New Year, New Nutrition Facts Label

Jan 9, 2020, 10:00 AM, Posted by Jamie Bussel

The Nutrition Facts label just got its first big makeover in 20 years. See why the updates will be a game-changer for parents and families.

For many of us, January 1 brings New Year’s resolutions—and those resolutions often have something to do with a renewed commitment to better health. As we all know, of course, these resolutions can sometimes lose steam after a few months...or even weeks...or sometimes just days. Fortunately, for those of us who have made commitments to eat healthier in 2020, we’re all getting a hand to ensure those resolutions can stick for the long-term.

We’re all familiar with the Nutrition Facts label. This is the label that appears on billions of food and beverage products, giving us the lowdown on how healthy (or not so healthy) items are based on metrics like calories, fat, sugar, salt, carbohydrates, protein, and various vitamins and minerals. The label has been mandatory under a federal law enacted in 1990.

On January 1, an updated Nutrition Facts label took effect covering all food and beverage products from manufacturers with more than $10 million in sales (most manufacturers with less than $10 million in annual sales get an additional year to comply). This milestone is a long time coming—the previous label had been in effect for 20 years and it’s been six years since the U.S. Food and Drug Administration first proposed updates. RWJF submitted comments in support of the proposed changes, which will empower consumers and families to make healthier purchasing decisions.

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A Holistic Approach to State Policymaking That Strengthens Families by Advancing Equity

Dec 16, 2019, 1:00 PM, Posted by Monica Hobbs Vinluan

A multi-state laboratory explores the interconnectedness of programs and policies to find ways for all families to thrive.

Kids jumping on an interactive exhibit at a museum.

Families don’t live in silos—one silo for health care, one for child care support, and yet another for food assistance. They need all those things—and more—to build strong and healthy futures for their children.

That’s why the Robert Wood Johnson Foundation (RWJF) is supporting a multi-state laboratory for advancing policies that strengthen families across a range of issues. The Center on Budget and Policy Priorities (CBPP) is the hub for this initiative. It is administering $2.65 million in grants to state-based organizations that are working to ensure that children and families get the support and resources needed to raise healthy kids through policy and systems change.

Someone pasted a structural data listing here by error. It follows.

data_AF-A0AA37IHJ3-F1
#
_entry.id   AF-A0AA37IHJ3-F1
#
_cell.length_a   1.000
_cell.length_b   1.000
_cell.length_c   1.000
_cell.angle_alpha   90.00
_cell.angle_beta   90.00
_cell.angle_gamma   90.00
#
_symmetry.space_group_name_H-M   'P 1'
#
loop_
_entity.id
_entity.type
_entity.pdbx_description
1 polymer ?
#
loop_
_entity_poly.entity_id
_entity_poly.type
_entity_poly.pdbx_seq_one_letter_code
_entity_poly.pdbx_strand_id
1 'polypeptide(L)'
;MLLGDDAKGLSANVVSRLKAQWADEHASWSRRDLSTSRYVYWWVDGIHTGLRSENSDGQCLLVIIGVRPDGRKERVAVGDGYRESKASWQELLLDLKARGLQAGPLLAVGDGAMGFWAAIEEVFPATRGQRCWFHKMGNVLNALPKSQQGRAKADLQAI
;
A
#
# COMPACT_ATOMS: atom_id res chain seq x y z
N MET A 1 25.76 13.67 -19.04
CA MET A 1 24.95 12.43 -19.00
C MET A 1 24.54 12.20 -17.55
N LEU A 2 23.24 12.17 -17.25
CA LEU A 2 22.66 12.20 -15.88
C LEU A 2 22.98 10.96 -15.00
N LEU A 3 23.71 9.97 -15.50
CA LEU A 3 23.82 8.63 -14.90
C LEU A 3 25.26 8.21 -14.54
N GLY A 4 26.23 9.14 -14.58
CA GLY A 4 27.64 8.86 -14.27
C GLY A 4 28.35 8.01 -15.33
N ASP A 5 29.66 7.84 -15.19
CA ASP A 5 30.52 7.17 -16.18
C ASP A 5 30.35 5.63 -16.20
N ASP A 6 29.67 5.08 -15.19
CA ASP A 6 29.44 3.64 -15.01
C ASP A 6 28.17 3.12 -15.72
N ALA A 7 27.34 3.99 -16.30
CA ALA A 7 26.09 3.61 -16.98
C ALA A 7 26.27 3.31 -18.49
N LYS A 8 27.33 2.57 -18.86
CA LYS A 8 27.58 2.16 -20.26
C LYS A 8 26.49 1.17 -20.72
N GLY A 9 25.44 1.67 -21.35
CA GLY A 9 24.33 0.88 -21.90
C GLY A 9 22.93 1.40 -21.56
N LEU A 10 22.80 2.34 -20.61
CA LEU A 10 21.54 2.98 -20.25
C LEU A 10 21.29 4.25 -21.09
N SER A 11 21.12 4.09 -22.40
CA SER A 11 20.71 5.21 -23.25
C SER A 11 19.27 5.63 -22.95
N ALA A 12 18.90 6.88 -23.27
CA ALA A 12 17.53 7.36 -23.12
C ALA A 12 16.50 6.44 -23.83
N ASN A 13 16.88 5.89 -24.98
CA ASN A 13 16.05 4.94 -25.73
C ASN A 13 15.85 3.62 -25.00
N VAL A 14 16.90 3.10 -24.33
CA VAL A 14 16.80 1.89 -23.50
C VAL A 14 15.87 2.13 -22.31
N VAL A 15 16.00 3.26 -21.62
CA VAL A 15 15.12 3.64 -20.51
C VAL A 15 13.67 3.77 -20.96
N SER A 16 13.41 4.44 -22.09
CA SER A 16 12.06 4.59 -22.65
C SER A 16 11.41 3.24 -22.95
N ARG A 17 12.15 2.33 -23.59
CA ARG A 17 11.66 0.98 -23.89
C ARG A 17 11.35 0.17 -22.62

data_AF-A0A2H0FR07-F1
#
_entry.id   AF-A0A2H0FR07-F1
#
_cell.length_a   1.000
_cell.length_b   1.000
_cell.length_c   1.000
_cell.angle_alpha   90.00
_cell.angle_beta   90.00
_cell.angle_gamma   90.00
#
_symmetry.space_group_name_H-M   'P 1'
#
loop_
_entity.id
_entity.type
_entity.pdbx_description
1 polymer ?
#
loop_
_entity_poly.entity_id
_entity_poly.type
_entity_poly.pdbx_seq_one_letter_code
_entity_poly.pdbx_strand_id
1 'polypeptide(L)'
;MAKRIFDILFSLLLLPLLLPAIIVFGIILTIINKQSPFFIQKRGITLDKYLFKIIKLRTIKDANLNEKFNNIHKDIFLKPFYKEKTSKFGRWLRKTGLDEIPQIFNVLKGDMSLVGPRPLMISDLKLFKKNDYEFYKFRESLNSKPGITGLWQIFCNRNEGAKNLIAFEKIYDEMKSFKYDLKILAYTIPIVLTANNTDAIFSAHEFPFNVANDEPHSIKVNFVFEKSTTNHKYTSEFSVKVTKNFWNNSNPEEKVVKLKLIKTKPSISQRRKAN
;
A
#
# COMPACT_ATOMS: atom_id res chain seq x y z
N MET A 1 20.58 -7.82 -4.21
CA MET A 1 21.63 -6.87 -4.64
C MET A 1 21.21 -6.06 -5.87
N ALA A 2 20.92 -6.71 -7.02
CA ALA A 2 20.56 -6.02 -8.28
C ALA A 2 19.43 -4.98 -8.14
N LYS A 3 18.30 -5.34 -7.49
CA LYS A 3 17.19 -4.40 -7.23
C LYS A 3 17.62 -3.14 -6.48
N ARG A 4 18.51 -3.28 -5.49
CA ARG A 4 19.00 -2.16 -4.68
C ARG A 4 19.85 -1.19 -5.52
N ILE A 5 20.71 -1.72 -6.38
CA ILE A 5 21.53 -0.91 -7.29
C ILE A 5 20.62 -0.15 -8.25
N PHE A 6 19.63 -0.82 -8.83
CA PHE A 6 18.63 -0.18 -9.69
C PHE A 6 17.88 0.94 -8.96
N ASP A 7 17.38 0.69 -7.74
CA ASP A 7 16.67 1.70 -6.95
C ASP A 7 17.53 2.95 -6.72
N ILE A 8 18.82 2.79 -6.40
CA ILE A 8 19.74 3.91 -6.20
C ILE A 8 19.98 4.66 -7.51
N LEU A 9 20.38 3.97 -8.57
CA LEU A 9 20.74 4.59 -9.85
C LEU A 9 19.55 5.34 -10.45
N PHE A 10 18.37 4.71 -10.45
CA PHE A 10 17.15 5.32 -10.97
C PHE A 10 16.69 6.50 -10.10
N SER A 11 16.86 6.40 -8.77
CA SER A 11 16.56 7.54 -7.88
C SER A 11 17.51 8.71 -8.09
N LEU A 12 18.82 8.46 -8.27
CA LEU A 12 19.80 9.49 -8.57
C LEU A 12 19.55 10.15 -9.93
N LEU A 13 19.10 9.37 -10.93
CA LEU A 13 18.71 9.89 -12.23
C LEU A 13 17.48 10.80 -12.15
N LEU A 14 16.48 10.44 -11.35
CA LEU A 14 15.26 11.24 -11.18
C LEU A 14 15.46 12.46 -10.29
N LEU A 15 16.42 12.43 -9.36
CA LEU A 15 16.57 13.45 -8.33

That means addressing not one issue at a time—e.g., child care supports or family leave—but an array of issues simultaneously—e.g., child care and family leave and minimum wage and job training and other policies that can help families get ahead. These policy levers are interconnected; they all play off each other, which is why a holistic approach is needed to make real progress in families’ lives.

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How Bitter Melon Improved Housing in Providence, Rhode Island

Dec 9, 2019, 9:45 AM, Posted by Angela Bannerman Ankoma, Sharon Conard-Wells

Many housing projects focus exclusively on putting a roof over peoples’ heads. We sought a broader approach that integrates cultural values into kitchens, homes and neighborhoods.

Illustration of a neighborhood.

The literal translation of the word “sankofa,” from the Akan tribe in Ghana, means "go back and fetch it.” Figuratively, it captures an important belief in Akan culture: While the future brings new learning, knowledge from the past must not be forgotten.

This principle guided our efforts to transform 10 formerly blighted lots into a vibrant community of 50 modern “green” apartments in Providence, Rhode Island’s diverse West End community. The $13.5 million development is connected to 30,000 square feet of community garden space. Single fathers come with sons, pastors come with children and people sit under the garden’s pergola, which was built by local youth volunteers. It is, as one article put it, a “beehive of activity.”

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Disability Inclusion: Shedding Light on an Urgent Health Equity Issue

Dec 2, 2019, 11:00 AM, Posted by Richard Besser

We cannot achieve a Culture of Health until our nation is fully inclusive. Yet systemic factors prevent many people with disabilities from thriving.

Next year will mark 30 years since the Americans with Disabilities Act (ADA) became federal law—first of its kind legislation that outlawed discrimination against people living with physical or mental disabilities. It was a culmination of decades of challenging societal barriers that limited access and full participation of people with disabilities.

And yet in spite of the ADA’s passage, we still have a long way to go before society is fully inclusive of the 61 million people living in this country with some type of disability. Judy Heumann understands that while the ADA is important, in practice, “we’re not done yet." She is currently a leading advocate for disability inclusion and has been an advisor to institutions like the U.S. State Department, the World Bank, and the Ford Foundation. As a child, Judy was barred from going to school because she used a wheelchair. Years later, she was denied a teaching license for the same reason. These obstacles to education and employment are just two of many barriers that stand in the way of inclusion. Judy understood the need for strong advocacy in partnership with others experiencing continuous discrimination because of their disabilities. This discrimination is also often compounded by class, race, ethnicity, religion, gender, age, or sexual orientation among other characteristics.